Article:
#4 :: The Four Laws of Simplicity and How to Apply Them to a Team Retrospective

A few months ago i’ve read an interesting post from Leo Babauta (zen habits)  where he described a simply method that could be used as a guide to simplify any area of our life! The steps he mentioned were:

collect everything in one place
choose the essential
eliminate the rest
organize the remaining stuff neatly and nicely

Inspired by that simple method and the way it could be used, form things related to our daily routine up to our own life, i was thinking that this method could help teams as well to simplify their working life!

Working with teams for a few years and considering the changes “agile” has brought to our organization, it was obvious that there were many things each new team should  handle! New responsibilities, new expectations, new processes were just a few areas that they should take care!

My experience has shown that it is impossible to handle all that stuff at once, even if sometimes there is some pressure to have everything in place as from the beginning! You need to focus on those items that return the most value back to your team and your organization and then work on the rest!

Confucious once said that

Life is really simple, but we insist on making it complicated

Based on that belief, my hypothesis was that “agile could be really simple, if we do not insist on making it complicated”! To experiment with my hypothesis i’ve used the “Four Laws of Simplicity” during a team’s retrospective. The steps are described below.


In that phase each team member thought about everything that was related to our way of working. From practices, processes, methods, agreements, responsibilities, expectations e.t.c. There was nothing right or wrong! All notes were gathered in one box that was finally turned upside down! We continued with grouping of the common items and create a few more general themes where possible. As an example a few items are listed below

solution testing, testing on target, US preparation, US selection-sprint planning, demos, stand-up, retros, taks splitting, code quality, e2e teams, collaboration, communication, commitment, feedback, openness, initiatives, self-improvement, adapt to changes e.t.c


We then chose the “essential” items! The items that could return the most value to the team or items that could have long term benefits. We discussed on notes and themes, and we used dot-voting as a technique to reach consensus and to prioritize our pool of items!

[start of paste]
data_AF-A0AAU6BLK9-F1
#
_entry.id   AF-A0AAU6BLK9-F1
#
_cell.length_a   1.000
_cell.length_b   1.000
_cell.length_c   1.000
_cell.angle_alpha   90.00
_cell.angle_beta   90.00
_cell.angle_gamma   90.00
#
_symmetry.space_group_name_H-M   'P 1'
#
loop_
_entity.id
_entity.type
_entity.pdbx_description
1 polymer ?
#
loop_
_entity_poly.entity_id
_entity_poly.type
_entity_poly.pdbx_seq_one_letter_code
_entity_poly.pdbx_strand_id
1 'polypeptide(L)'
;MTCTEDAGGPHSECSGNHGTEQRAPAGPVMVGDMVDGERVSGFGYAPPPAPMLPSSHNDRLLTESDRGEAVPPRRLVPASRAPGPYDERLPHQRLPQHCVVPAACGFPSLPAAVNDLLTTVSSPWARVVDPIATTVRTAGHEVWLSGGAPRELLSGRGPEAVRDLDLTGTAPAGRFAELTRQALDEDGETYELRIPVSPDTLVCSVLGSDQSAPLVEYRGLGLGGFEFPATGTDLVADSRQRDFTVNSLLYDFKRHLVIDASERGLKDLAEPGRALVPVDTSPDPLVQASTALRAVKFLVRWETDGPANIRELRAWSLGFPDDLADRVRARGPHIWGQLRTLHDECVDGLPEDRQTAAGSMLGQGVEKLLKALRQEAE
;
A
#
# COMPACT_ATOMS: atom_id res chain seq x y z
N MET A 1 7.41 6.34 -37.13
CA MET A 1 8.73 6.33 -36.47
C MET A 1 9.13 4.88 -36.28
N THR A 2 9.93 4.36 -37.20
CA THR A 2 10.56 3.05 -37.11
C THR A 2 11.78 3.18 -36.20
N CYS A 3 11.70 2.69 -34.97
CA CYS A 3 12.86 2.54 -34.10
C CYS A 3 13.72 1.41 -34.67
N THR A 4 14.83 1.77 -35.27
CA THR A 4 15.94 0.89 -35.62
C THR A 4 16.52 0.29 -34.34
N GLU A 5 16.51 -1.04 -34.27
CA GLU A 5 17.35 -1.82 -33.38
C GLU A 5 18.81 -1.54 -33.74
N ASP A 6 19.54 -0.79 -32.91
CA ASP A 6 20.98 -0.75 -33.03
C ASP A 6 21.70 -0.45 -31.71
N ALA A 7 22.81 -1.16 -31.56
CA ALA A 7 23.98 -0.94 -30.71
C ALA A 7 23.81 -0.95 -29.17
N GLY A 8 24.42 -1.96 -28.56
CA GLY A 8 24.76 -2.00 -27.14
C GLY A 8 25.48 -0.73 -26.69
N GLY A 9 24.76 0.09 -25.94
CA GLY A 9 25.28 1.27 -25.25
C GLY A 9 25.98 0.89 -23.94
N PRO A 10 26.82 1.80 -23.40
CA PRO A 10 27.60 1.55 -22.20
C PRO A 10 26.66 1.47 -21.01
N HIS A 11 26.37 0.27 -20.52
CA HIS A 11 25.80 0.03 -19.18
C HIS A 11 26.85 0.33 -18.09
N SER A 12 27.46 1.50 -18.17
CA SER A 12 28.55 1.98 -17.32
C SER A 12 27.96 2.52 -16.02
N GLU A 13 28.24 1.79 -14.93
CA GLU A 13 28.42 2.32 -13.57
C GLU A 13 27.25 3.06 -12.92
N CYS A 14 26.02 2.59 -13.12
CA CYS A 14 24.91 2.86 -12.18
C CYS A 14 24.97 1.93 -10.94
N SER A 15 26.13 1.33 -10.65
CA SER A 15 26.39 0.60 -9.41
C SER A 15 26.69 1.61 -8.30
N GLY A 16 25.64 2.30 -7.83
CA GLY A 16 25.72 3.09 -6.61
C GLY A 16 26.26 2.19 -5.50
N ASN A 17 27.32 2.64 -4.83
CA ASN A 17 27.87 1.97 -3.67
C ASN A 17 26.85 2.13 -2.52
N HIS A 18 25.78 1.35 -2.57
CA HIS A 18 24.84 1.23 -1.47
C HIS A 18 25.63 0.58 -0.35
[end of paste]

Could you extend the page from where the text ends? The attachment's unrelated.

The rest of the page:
Team decided that there was no need to eliminate any item! Every item had its own value, so everything was kept for future reference.


As mentioned above dot-voting helped the whole process  to come up with a prioritized list of items. We further agreed that there was no need to work directly on the most voted items! For that reason we added two more parameters in our decision to prioritize the list of identified items. The value that will return a specific item and the effort required! The outcome of this exercise was the creation of a “prioritized” improvement backlog including items that the team would like to keep, “tweak” and further explore!

As an example, the team decided to work on “code quality”. Worth to mention that all team members were really satisfied of the quality they produce but they were willing to further challenge their “local optimum”! A couple of actions they came up: re-activate improvement list (add items related to legacy code improvement & bring them to architecture meetings) and introduce the concept of “re-factoring US” as soon as an EPIC had been implemented.


based on the feedback i received, team really enjoyed that method! we spend almost two fully productive hours!

In my opinion team managed to express and visualize their personal thinking related to their work, reach consensus and focus on those items that could help them to get improved and could return the most value back to them and their operations! It was a start that requires effort and discipline to grow a mindset of little constant improvements!

What i would change based on the feedback i’ve received…i would introduce an estimated technique to estimate the “value” of the chosen items! it might help teams to understand the “value” of estimation as well!…and why not invite team’s group leaders/line management and PdOs to express their own thinking and contribute from their sides on the improvement board!…


inspirational reading

4 Laws of Simplicity and How to Apply Them to Life


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